The following report was commissioned by The Opportunity Agenda1 and the Joint Center for Political and Economic Studies2 to study the role of Geographic Information Systems (GIS) and mapping in addressing issues of social equity, neighborhood poverty, and community health through university-led initiatives. The Kirwan Institute for the Study of Race and Ethnicity worked with Brian Smedley to outline the scope and limitations of the study and to present both the interim findings and the final report. The Kirwan Institute is a research, advocacy, and policy institute with the Law Department at The Ohio State University.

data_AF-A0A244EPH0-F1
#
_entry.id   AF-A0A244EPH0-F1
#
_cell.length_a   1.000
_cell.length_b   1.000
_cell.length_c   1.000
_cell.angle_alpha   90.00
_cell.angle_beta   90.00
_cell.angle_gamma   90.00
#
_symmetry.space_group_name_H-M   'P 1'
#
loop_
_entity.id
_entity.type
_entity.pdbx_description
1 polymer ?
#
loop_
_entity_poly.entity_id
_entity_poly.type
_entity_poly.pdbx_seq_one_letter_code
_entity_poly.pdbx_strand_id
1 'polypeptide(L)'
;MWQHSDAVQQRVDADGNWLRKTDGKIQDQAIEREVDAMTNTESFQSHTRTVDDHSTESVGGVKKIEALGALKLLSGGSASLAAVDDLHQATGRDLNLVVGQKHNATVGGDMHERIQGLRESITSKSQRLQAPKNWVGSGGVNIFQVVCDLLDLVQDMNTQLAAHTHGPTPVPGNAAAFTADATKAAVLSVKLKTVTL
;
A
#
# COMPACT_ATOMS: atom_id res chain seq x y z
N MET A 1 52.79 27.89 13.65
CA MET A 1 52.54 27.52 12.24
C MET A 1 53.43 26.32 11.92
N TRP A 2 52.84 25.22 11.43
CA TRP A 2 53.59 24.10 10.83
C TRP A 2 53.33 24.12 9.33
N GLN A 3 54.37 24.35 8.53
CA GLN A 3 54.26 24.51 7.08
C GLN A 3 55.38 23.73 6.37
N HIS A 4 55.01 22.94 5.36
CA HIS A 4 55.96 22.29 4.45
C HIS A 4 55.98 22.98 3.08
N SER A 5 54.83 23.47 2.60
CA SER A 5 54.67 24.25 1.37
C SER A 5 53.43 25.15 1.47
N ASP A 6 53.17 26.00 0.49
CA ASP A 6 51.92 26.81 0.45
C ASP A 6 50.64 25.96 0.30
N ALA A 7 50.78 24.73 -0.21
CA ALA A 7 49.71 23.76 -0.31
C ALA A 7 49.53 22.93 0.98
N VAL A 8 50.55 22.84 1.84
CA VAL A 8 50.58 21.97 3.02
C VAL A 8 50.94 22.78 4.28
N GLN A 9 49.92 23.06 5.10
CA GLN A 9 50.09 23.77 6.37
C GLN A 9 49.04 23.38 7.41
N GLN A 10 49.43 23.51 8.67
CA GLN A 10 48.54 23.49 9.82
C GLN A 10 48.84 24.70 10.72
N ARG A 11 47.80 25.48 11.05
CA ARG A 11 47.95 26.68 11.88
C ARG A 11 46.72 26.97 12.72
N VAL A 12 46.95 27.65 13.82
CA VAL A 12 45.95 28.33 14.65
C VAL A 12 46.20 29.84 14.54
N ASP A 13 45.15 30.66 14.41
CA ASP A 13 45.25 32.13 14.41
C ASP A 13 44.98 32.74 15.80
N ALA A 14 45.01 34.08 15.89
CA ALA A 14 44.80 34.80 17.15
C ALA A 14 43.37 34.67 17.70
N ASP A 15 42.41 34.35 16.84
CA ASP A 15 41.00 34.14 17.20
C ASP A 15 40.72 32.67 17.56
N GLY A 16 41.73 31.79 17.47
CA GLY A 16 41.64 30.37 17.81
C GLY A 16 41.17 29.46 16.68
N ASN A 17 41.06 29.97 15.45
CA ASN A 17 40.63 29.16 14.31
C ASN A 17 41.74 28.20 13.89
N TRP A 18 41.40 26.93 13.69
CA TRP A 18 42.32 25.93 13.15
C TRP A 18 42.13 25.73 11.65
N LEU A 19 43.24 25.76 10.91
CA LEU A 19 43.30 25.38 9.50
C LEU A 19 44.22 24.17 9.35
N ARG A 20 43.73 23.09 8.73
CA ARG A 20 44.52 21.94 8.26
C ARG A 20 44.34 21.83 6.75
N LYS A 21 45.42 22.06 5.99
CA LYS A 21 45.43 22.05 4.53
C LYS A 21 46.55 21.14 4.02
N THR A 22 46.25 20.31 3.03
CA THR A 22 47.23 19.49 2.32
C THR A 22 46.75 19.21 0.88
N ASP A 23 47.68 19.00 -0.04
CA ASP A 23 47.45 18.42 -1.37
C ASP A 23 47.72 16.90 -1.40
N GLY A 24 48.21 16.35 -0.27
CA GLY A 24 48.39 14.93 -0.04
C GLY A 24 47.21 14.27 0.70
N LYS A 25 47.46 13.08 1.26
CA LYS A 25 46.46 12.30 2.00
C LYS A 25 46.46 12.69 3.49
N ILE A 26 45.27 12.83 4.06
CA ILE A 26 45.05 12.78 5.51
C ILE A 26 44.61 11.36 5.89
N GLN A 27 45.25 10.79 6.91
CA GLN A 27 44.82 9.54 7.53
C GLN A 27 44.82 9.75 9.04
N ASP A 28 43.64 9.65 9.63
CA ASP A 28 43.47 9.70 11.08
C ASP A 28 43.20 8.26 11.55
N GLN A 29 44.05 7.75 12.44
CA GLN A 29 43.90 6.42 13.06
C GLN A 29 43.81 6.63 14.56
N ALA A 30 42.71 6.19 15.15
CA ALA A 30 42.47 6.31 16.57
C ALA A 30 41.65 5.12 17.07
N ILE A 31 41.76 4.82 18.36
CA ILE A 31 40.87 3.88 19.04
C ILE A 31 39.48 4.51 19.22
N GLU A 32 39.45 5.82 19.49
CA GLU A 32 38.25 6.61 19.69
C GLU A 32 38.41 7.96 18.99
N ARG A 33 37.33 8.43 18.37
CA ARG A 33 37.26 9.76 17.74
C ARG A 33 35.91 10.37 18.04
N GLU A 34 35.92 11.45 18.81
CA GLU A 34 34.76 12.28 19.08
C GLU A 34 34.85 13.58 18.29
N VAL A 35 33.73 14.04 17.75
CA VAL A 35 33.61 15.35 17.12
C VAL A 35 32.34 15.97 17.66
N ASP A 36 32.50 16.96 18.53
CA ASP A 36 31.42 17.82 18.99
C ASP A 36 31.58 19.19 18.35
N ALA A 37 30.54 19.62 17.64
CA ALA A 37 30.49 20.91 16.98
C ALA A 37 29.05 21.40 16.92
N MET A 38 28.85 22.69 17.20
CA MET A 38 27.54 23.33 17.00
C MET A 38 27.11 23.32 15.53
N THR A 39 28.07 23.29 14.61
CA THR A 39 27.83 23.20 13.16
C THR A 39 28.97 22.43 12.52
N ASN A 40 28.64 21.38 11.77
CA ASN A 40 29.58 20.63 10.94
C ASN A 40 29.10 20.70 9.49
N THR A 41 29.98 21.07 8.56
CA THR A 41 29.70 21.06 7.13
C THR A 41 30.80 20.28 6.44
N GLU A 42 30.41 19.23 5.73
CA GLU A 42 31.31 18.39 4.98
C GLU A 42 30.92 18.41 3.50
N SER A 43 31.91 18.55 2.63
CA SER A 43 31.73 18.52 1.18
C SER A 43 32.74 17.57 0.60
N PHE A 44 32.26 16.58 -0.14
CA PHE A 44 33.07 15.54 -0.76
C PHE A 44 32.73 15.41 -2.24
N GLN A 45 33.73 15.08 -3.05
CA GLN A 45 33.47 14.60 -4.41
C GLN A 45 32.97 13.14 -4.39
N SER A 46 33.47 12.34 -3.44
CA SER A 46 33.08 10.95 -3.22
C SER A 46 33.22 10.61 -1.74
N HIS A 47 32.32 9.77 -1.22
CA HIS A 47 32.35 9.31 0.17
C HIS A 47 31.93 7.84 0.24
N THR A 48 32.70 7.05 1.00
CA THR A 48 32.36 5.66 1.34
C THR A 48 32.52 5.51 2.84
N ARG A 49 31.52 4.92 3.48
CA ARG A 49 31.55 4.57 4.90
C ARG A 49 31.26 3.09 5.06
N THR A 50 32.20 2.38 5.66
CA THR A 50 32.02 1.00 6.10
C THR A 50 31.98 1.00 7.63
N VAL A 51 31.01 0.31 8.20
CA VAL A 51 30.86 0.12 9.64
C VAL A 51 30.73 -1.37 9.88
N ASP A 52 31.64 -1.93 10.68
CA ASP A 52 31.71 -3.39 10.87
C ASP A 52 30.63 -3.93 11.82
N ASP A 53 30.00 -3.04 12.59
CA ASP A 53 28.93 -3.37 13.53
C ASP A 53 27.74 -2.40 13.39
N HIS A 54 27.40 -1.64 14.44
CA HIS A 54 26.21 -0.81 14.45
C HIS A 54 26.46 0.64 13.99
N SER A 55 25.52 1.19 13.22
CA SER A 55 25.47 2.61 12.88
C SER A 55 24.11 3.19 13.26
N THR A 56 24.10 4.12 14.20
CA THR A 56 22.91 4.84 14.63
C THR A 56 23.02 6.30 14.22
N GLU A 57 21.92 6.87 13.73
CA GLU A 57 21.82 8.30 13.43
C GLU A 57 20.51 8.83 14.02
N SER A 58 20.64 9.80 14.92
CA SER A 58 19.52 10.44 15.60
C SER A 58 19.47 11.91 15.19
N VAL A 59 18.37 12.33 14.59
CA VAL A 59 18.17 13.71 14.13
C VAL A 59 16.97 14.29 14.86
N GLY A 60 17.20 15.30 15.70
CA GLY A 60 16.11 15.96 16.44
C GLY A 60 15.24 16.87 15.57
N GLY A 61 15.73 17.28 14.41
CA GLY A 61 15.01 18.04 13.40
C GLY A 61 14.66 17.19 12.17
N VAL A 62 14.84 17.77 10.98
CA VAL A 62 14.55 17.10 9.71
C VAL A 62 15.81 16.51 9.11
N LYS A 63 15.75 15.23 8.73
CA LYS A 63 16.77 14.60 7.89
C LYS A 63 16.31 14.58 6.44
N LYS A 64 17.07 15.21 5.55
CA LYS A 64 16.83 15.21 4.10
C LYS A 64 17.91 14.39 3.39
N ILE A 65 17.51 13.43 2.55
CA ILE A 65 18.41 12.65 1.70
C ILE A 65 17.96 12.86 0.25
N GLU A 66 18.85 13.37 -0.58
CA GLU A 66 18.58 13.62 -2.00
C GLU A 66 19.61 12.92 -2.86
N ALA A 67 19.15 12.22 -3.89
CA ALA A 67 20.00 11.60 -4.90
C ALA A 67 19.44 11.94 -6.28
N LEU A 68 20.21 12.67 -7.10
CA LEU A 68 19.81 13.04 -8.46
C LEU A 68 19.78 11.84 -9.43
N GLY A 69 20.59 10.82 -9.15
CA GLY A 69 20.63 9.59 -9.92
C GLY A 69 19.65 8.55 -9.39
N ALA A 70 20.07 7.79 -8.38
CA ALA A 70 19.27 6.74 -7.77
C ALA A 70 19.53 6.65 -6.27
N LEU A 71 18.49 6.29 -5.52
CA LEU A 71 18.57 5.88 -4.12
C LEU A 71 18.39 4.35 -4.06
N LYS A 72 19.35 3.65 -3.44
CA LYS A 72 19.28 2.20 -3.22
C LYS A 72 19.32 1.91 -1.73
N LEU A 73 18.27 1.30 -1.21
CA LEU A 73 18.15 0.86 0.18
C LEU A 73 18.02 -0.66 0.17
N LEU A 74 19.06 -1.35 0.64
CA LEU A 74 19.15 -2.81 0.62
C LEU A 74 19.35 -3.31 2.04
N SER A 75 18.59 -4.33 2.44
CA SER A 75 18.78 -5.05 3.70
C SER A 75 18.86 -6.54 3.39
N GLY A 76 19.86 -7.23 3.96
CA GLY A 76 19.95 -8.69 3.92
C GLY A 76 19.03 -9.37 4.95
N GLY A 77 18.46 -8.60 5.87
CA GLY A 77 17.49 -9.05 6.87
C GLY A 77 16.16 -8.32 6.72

GIS is an expanding field with applications in a variety of disciplines. With new technology and awareness, cartography has advanced significantly since the days of hand-drawn maps. Internet technology acted as a catalyst toward outreach and brought mapping into the cultural vernacular. However, use of GIS in the field of advocacy and social justice is relatively new. It has been effectively used in the field, but faces many challenges and barriers. This research investigates the use and effectiveness of GIS mapping, identifies benefits and challenges, and projects its future course.